First in a three-book memoir of Noel Streatfeild's childhood. It is reminiscent of all her "Shoes" books, particularly of the Bell Family. First in a three-book memoir of Noel Streatfeild's childhood. It is reminiscent of all her "Shoes" books, particularly of the Bell Family.

  12. 5 out of 5

    rainydaysandliterature

    This review has been hidden because it contains spoilers. To view it, click here. The main reason I adored this book because I could connect to on personal level. I didn’t like the end as it wasn’t satisfying as John was killed off and told to the family by a telegram and this was all in the very last page.

  13. 5 out of 5

    Catherine Jeffrey

    The semi autobiographical early life of the author. An accurate portrayal of how life feels in a family when you are seen as neither gifted or beautiful when compared to your sisters. The final chapter about her cousin John is very poignant.

  14. 5 out of 5

    Felicity

    This is one of my favourite books from childhood and it still stands the test of time. Noel Streatfeild was one of my favourite authors growing up and this was the first one I ever read as my mum gave me her old copy. This is the first of a trilogy of autobiographies based on Streatfeild's life. This one is about her childhood growing up in a vicarage. According to the biography I read about her this is very accurate apart from names being changed and her cousin being a permanent member of their This is one of my favourite books from childhood and it still stands the test of time. Noel Streatfeild was one of my favourite authors growing up and this was the first one I ever read as my mum gave me her old copy. This is the first of a trilogy of autobiographies based on Streatfeild's life. This one is about her childhood growing up in a vicarage. According to the biography I read about her this is very accurate apart from names being changed and her cousin being a permanent member of their household. Streatfeild writes so vividly about her family and the way she felt when she was at that awkward age before puberty. I remember identifying with her as a child as I also struggled to not lose my temper and like anyone felt misunderstood. Her family had some very interesting characters including her grandparents and her father and I am not sure if she would have been a writer if her cousin hadn't suggested she started to read more. A lovely book about a bygone era and an insight in to what it is like being brought up in a vicarge.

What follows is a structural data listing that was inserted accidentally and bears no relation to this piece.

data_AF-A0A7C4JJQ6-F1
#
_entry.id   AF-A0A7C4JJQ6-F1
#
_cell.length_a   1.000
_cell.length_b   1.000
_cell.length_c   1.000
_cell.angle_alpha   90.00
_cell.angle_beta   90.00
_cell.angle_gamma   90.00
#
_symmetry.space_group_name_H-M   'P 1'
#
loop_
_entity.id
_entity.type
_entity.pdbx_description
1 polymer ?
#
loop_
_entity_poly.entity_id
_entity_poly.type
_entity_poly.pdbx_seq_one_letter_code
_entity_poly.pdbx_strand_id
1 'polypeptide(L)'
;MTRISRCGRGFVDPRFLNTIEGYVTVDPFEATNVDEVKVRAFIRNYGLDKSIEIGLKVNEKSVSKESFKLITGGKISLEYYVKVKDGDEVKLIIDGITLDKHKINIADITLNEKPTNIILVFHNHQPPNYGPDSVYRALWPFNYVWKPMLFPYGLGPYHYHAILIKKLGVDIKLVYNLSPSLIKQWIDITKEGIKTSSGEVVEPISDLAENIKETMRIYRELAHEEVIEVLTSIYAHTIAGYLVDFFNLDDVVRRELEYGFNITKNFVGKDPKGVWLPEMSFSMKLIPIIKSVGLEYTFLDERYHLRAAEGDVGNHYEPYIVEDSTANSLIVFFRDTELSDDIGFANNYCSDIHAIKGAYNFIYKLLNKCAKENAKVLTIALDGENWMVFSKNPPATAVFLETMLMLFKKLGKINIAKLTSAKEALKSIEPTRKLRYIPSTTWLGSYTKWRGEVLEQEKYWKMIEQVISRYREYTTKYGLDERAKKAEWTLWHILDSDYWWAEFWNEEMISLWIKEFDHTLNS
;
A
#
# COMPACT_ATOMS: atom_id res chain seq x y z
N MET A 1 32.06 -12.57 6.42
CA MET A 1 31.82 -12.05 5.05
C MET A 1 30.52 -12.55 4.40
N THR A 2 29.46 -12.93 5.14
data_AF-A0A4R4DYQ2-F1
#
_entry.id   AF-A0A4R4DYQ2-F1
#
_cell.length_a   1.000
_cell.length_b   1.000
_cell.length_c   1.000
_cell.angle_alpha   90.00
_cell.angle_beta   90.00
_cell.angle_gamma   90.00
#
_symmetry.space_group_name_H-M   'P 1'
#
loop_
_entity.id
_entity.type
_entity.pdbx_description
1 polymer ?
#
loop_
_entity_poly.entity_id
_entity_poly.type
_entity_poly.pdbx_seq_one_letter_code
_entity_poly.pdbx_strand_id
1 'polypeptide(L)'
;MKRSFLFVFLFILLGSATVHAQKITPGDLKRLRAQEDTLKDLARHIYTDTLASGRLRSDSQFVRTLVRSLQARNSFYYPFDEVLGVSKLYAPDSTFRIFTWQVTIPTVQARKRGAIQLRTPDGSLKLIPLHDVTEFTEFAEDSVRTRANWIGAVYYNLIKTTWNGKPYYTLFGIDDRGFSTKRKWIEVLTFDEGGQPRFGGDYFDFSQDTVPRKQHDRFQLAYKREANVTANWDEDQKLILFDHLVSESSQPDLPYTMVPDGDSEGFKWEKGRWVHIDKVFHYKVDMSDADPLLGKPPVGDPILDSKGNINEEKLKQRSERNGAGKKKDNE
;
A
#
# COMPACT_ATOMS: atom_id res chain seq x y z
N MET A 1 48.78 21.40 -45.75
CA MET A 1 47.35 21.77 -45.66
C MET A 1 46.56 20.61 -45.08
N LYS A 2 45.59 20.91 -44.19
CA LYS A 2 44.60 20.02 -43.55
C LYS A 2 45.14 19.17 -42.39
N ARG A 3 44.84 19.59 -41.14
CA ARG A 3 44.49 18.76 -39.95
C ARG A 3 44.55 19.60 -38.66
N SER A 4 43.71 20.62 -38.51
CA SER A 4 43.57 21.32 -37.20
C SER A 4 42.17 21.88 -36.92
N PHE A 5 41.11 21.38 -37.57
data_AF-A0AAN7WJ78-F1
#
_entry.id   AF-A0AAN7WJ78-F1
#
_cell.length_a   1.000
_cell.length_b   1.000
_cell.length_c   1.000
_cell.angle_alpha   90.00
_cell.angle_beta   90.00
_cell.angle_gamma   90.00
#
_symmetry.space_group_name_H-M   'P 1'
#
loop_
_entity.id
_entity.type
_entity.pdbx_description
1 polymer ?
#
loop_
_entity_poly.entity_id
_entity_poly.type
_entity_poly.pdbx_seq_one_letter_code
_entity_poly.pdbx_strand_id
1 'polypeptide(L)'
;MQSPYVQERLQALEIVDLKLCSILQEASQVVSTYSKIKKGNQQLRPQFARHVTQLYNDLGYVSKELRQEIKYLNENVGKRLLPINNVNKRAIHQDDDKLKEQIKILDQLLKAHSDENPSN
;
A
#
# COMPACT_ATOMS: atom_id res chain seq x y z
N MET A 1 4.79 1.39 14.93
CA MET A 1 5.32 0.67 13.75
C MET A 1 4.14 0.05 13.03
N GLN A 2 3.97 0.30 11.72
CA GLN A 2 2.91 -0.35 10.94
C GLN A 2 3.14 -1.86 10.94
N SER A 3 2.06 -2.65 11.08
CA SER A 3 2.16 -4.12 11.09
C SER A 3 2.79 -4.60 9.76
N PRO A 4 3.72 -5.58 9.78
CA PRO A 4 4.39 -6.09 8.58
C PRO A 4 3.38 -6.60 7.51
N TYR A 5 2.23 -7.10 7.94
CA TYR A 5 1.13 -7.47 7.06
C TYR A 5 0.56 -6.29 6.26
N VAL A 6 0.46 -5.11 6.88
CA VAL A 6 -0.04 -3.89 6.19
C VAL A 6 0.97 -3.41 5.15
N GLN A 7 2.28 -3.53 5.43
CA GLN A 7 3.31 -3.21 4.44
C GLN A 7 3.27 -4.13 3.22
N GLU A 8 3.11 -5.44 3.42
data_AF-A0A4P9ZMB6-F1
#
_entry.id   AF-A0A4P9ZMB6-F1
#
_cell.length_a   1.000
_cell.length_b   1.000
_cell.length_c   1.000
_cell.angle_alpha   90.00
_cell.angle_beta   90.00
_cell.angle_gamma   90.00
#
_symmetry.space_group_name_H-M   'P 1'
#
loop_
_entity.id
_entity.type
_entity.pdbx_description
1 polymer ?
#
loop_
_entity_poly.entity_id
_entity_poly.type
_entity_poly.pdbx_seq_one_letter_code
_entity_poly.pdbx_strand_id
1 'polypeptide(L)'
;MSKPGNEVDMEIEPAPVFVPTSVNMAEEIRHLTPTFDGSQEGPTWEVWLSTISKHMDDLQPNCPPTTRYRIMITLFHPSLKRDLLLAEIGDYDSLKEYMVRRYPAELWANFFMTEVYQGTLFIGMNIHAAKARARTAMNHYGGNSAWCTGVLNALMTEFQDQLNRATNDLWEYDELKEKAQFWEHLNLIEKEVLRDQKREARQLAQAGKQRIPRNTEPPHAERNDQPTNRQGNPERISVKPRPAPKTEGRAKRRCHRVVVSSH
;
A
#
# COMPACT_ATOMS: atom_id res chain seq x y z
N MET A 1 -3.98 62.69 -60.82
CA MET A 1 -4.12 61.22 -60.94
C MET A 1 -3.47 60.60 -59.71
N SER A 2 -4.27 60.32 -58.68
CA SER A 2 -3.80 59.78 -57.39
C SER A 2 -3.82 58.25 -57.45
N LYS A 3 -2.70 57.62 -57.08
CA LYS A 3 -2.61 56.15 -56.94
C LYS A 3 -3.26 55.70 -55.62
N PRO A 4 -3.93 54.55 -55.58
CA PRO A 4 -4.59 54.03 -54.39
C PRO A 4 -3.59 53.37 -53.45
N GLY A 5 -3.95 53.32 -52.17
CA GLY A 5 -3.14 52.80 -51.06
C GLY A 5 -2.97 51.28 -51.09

15. 5 out of 5

    Magda

    1963 edition, hardback. Another charming book by Noel Streatfeild, admittedly autobiographical. Now that I've read it for the first time, I can sort of "see" her character in her other books which I remember and am reading. I did especially enjoy the historical-fiction aspects of the book. I was glad to find, from the list at the end, that calling all those books "Such-and-Such Shoes" was merely the fault of the Americans, and that the British titles actually had proper names. I mean "Ballet Shoes 1963 edition, hardback. Another charming book by Noel Streatfeild, admittedly autobiographical. Now that I've read it for the first time, I can sort of "see" her character in her other books which I remember and am reading. I did especially enjoy the historical-fiction aspects of the book. I was glad to find, from the list at the end, that calling all those books "Such-and-Such Shoes" was merely the fault of the Americans, and that the British titles actually had proper names. I mean "Ballet Shoes" and "Theater Shoes" weren't bad, but "Family Shoes"?

  16. 5 out of 5

    Dianna

    This is a novelized autobiography of Noel Streatfield's life (with names changed, of course, and who knows how many facts?). A must-read if you're a fan of Noel Streatfeild! I would have guessed that she would have grown up a stage child, but her childhood was very different and her books are based more on her childhood dreams than on the way it actually was. I'm excited to read the next installment of her life, wherein I believe she actually goes on the stage (but not as a young child). This is a novelized autobiography of Noel Streatfield's life (with names changed, of course, and who knows how many facts?). A must-read if you're a fan of Noel Streatfeild! I would have guessed that she would have grown up a stage child, but her childhood was very different and her books are based more on her childhood dreams than on the way it actually was. I'm excited to read the next installment of her life, wherein I believe she actually goes on the stage (but not as a young child).

  17. 4 out of 5

    Sarah